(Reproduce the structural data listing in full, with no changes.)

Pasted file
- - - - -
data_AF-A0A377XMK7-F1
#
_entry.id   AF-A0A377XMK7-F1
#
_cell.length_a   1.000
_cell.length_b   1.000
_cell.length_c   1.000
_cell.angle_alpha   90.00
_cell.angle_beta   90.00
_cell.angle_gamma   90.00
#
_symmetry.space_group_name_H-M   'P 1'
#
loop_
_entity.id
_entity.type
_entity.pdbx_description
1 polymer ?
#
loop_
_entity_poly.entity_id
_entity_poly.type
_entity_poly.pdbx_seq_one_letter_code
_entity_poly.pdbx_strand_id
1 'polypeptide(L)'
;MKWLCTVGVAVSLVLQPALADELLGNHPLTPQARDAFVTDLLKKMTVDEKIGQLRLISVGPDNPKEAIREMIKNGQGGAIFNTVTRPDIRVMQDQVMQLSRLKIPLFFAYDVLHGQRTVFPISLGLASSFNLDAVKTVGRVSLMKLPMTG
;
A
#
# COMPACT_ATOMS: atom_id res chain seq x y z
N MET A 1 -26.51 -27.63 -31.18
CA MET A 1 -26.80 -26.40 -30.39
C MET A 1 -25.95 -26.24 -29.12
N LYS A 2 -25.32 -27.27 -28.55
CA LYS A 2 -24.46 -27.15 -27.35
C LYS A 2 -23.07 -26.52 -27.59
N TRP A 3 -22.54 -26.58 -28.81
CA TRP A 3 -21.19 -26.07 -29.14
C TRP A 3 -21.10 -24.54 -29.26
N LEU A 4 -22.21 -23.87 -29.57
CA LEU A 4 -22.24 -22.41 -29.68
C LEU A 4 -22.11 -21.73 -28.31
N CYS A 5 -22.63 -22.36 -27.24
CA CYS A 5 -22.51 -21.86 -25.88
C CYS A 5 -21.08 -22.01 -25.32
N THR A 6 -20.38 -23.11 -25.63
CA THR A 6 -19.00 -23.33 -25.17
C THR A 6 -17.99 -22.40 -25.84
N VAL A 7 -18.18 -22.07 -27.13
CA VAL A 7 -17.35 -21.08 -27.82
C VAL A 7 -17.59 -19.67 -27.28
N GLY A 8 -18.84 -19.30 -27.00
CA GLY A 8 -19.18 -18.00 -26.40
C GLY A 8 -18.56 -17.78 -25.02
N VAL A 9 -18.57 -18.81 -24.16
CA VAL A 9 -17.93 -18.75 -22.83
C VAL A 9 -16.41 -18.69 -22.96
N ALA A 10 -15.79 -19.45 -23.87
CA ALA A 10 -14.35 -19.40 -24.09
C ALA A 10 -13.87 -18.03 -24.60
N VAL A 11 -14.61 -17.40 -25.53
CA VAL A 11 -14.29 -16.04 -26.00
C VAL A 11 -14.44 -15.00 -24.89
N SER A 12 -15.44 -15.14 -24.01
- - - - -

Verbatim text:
data_AF-A0A377XMK7-F1
#
_entry.id   AF-A0A377XMK7-F1
#
_cell.length_a   1.000
_cell.length_b   1.000
_cell.length_c   1.000
_cell.angle_alpha   90.00
_cell.angle_beta   90.00
_cell.angle_gamma   90.00
#
_symmetry.space_group_name_H-M   'P 1'
#
loop_
_entity.id
_entity.type
_entity.pdbx_description
1 polymer ?
#
loop_
_entity_poly.entity_id
_entity_poly.type
_entity_poly.pdbx_seq_one_letter_code
_entity_poly.pdbx_strand_id
1 'polypeptide(L)'
;MKWLCTVGVAVSLVLQPALADELLGNHPLTPQARDAFVTDLLKKMTVDEKIGQLRLISVGPDNPKEAIREMIKNGQGGAIFNTVTRPDIRVMQDQVMQLSRLKIPLFFAYDVLHGQRTVFPISLGLASSFNLDAVKTVGRVSLMKLPMTG
;
A
#
# COMPACT_ATOMS: atom_id res chain seq x y z
N MET A 1 -26.51 -27.63 -31.18
CA MET A 1 -26.80 -26.40 -30.39
C MET A 1 -25.95 -26.24 -29.12
N LYS A 2 -25.32 -27.27 -28.55
CA LYS A 2 -24.46 -27.15 -27.35
C LYS A 2 -23.07 -26.52 -27.59
N TRP A 3 -22.54 -26.58 -28.81
CA TRP A 3 -21.19 -26.07 -29.14
C TRP A 3 -21.10 -24.54 -29.26
N LEU A 4 -22.21 -23.87 -29.57
CA LEU A 4 -22.24 -22.41 -29.68
C LEU A 4 -22.11 -21.73 -28.31
N CYS A 5 -22.63 -22.36 -27.24
CA CYS A 5 -22.51 -21.86 -25.88
C CYS A 5 -21.08 -22.01 -25.32
N THR A 6 -20.38 -23.11 -25.63
CA THR A 6 -19.00 -23.33 -25.17
C THR A 6 -17.99 -22.40 -25.84
N VAL A 7 -18.18 -22.07 -27.13
CA VAL A 7 -17.35 -21.08 -27.82
C VAL A 7 -17.59 -19.67 -27.28
N GLY A 8 -18.84 -19.30 -27.00
CA GLY A 8 -19.18 -18.00 -26.40
C GLY A 8 -18.56 -17.78 -25.02
N VAL A 9 -18.57 -18.81 -24.16
CA VAL A 9 -17.93 -18.75 -22.83
C VAL A 9 -16.41 -18.69 -22.96
N ALA A 10 -15.79 -19.45 -23.87
CA ALA A 10 -14.35 -19.40 -24.09
C ALA A 10 -13.87 -18.03 -24.60
N VAL A 11 -14.61 -17.40 -25.53
CA VAL A 11 -14.29 -16.04 -26.00
C VAL A 11 -14.44 -15.00 -24.89
N SER A 12 -15.44 -15.14 -24.01